I think it’s coming from the perspective that they know it is going to be a challenge to get a majority. They know that is going to endanger their plans for the next parliament, if they can’t secure an independence referendum. If they can’t secure a pro-independence majority in parliament, that’s going to be very problematic for them. The Greens obviously support independence and will argue for that and vote for that in the next parliament, but we have very different overall policies to the SNP. I think we have seen that in parliament, through the budget negotiations, where we’ve managed to secure an extra half a billion pounds to local government that otherwise wouldn’t have gone there; or the £10 million nature restoration fund in the last parliament; pandemic relief payments; fighting eviction for tenants. There are lots of areas where we don’t agree with the SNP in parliament, but the Scottish Parliament is designed to be a multi-party democracy. So parties have to work together to get legislation through and I think we’ve shown that the Greens will negotiate and we will do what we can to get out policies through. But that doesn’t rely on one party having the bulk of votes.

Q. When Green MSP Andy Wightman left the party last year, he blamed “alienating and confrontational” attitudes on transgender rights. What did you think of his comments?

A. I was very sad to see Andy leave the party. I think everybody was. His characterisation of that discussion and debate within the party just isn’t something that I recognise. Our party policy is made by members at conference and discussed. You could talk to many people about the Greens and one of the things they will say is that we talk too much about issues and we agonise over things. I don’t agree with his characterisation of what the party is and what it stands for and I’ve not found that to be a toxic debate or discussion within the party. We have a very clear stance on equality. Equality is a core part of what the Greens believe in. If you can’t agree with the party’s general policy on such a core area, then yes, it’s going to be difficult.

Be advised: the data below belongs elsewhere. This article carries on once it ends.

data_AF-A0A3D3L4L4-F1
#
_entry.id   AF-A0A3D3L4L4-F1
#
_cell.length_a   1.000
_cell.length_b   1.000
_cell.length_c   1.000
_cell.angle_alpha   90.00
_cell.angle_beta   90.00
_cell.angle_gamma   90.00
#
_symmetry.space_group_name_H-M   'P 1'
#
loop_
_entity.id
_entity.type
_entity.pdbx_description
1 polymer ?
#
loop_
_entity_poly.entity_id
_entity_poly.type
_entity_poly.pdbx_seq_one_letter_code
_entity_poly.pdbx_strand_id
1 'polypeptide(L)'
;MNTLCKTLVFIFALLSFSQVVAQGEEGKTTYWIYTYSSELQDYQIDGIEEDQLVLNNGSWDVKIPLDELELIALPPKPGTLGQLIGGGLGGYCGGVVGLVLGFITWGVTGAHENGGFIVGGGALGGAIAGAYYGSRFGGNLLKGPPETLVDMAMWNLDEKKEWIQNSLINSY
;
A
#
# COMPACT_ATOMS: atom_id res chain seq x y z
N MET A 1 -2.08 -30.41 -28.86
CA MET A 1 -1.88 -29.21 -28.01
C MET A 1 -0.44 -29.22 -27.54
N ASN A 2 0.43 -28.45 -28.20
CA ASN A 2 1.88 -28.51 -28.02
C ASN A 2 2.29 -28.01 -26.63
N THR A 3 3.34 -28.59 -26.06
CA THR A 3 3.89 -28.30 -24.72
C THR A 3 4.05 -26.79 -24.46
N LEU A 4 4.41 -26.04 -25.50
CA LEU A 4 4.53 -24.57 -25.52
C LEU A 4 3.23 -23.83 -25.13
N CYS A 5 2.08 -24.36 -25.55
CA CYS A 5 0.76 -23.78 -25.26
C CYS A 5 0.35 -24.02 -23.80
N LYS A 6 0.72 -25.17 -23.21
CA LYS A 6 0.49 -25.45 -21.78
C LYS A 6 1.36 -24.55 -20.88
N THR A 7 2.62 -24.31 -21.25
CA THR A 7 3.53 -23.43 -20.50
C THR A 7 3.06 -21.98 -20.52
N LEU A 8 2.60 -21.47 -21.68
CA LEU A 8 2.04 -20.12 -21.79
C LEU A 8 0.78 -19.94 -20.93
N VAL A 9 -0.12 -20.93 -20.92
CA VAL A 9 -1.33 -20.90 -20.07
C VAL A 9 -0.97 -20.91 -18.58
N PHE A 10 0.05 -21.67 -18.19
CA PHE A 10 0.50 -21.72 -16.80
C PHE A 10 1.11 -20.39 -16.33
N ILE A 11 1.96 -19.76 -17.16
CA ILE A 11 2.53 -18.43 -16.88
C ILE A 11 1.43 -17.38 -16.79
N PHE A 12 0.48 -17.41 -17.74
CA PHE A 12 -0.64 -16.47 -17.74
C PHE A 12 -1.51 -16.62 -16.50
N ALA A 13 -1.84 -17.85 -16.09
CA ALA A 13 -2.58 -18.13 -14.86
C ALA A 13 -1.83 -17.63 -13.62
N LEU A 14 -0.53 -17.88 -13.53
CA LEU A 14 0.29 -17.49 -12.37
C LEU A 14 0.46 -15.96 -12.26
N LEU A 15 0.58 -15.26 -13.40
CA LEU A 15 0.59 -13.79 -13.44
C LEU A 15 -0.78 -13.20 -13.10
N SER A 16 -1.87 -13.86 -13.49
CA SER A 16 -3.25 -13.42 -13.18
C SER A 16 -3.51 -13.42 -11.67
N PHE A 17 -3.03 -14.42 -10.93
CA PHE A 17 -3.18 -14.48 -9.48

Readers’ questions (submitted through Facebook)

Q. How can your policies be paid for? Would Scotland not become bankrupt if we adopted the green aims?

A. There is lots of detail on costings which is going to come out in our manifesto. A good example for the recent policy plan we announced was the £22 billion ‘Rail for All’ scheme. Not only would that project pay for itself, it would return well on investment. For every billion pounds in that scheme that is spent, it would generate £1.6 billion for the economy and 14,000 good, unionised jobs across Scotland. The Greens want to spend to invest. Those investments will return money and boost the economy. Particularly when we’re looking at climate issues, the cost of not dealing with the climate crisis is rapidly escalating. If we have increased flooding, increased extreme weather events, if our infrastructure gets undermined, that has a huge price tag and we can’t afford to pay it. Far better to invest now and return money on that investment, than to sit and wait and then be fighting crisis after crisis over the next few years.

Q. Why is the election literature I’m receiving through my door from the Greens prioritising independence over the environment?

A. People are going to be getting a whole range of literature from us over this election process. I wouldn’t say that it prioritises independence, although independence was one of our main campaign themes planned for 2020. There is a lot of material around over that, as COVID has made things challenging. It’s a big part of what we believe. The Greens believe in local subsidiarity, bringing power back to the lowest possible level – at all levels of government. Independence is part of that, but we have a whole range of policies. People can ask us about them and throughout the whole parliamentary term we will deliver on those. Just as we have in this parliamentary term.